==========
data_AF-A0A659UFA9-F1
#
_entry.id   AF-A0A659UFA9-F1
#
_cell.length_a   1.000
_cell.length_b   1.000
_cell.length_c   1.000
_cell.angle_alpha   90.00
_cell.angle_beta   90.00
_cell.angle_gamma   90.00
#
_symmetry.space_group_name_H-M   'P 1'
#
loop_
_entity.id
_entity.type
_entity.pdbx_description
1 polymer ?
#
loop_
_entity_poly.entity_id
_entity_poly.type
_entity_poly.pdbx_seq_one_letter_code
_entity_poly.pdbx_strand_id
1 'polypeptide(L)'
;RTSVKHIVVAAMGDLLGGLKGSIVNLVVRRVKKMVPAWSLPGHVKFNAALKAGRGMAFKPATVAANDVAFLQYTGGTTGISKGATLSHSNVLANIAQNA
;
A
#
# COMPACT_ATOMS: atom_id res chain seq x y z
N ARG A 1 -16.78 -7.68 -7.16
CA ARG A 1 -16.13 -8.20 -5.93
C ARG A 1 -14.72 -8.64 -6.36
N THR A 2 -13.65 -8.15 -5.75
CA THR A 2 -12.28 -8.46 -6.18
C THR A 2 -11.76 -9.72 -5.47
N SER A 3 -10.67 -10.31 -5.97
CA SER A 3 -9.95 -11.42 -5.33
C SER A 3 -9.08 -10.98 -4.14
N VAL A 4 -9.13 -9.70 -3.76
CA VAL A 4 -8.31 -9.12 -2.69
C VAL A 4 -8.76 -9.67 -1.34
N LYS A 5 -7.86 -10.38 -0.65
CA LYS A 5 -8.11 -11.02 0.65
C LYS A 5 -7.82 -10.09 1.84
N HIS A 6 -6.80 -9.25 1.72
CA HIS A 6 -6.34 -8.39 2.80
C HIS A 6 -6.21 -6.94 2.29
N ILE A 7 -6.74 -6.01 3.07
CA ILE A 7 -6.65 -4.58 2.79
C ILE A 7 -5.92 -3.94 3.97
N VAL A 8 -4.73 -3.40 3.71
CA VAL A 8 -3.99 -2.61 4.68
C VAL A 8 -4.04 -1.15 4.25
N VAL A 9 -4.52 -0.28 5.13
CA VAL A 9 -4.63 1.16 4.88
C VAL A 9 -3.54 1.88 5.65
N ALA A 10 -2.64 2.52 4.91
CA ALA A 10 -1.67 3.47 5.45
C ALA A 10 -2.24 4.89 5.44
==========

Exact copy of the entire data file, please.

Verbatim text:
data_AF-A0A659UFA9-F1
#
_entry.id   AF-A0A659UFA9-F1
#
_cell.length_a   1.000
_cell.length_b   1.000
_cell.length_c   1.000
_cell.angle_alpha   90.00
_cell.angle_beta   90.00
_cell.angle_gamma   90.00
#
_symmetry.space_group_name_H-M   'P 1'
#
loop_
_entity.id
_entity.type
_entity.pdbx_description
1 polymer ?
#
loop_
_entity_poly.entity_id
_entity_poly.type
_entity_poly.pdbx_seq_one_letter_code
_entity_poly.pdbx_strand_id
1 'polypeptide(L)'
;RTSVKHIVVAAMGDLLGGLKGSIVNLVVRRVKKMVPAWSLPGHVKFNAALKAGRGMAFKPATVAANDVAFLQYTGGTTGISKGATLSHSNVLANIAQNA
;
A
#
# COMPACT_ATOMS: atom_id res chain seq x y z
N ARG A 1 -16.78 -7.68 -7.16
CA ARG A 1 -16.13 -8.20 -5.93
C ARG A 1 -14.72 -8.64 -6.36
N THR A 2 -13.65 -8.15 -5.75
CA THR A 2 -12.28 -8.46 -6.18
C THR A 2 -11.76 -9.72 -5.47
N SER A 3 -10.67 -10.31 -5.97
CA SER A 3 -9.95 -11.42 -5.33
C SER A 3 -9.08 -10.98 -4.14
N VAL A 4 -9.13 -9.70 -3.76
CA VAL A 4 -8.31 -9.12 -2.69
C VAL A 4 -8.76 -9.67 -1.34
N LYS A 5 -7.86 -10.38 -0.65
CA LYS A 5 -8.11 -11.02 0.65
C LYS A 5 -7.82 -10.09 1.84
N HIS A 6 -6.80 -9.25 1.72
CA HIS A 6 -6.34 -8.39 2.80
C HIS A 6 -6.21 -6.94 2.29
N ILE A 7 -6.74 -6.01 3.07
CA ILE A 7 -6.65 -4.58 2.79
C ILE A 7 -5.92 -3.94 3.97
N VAL A 8 -4.73 -3.40 3.71
CA VAL A 8 -3.99 -2.61 4.68
C VAL A 8 -4.04 -1.15 4.25
N VAL A 9 -4.52 -0.28 5.13
CA VAL A 9 -4.63 1.16 4.88
C VAL A 9 -3.54 1.88 5.65
N ALA A 10 -2.64 2.52 4.91
CA ALA A 10 -1.67 3.47 5.45
C ALA A 10 -2.24 4.89 5.44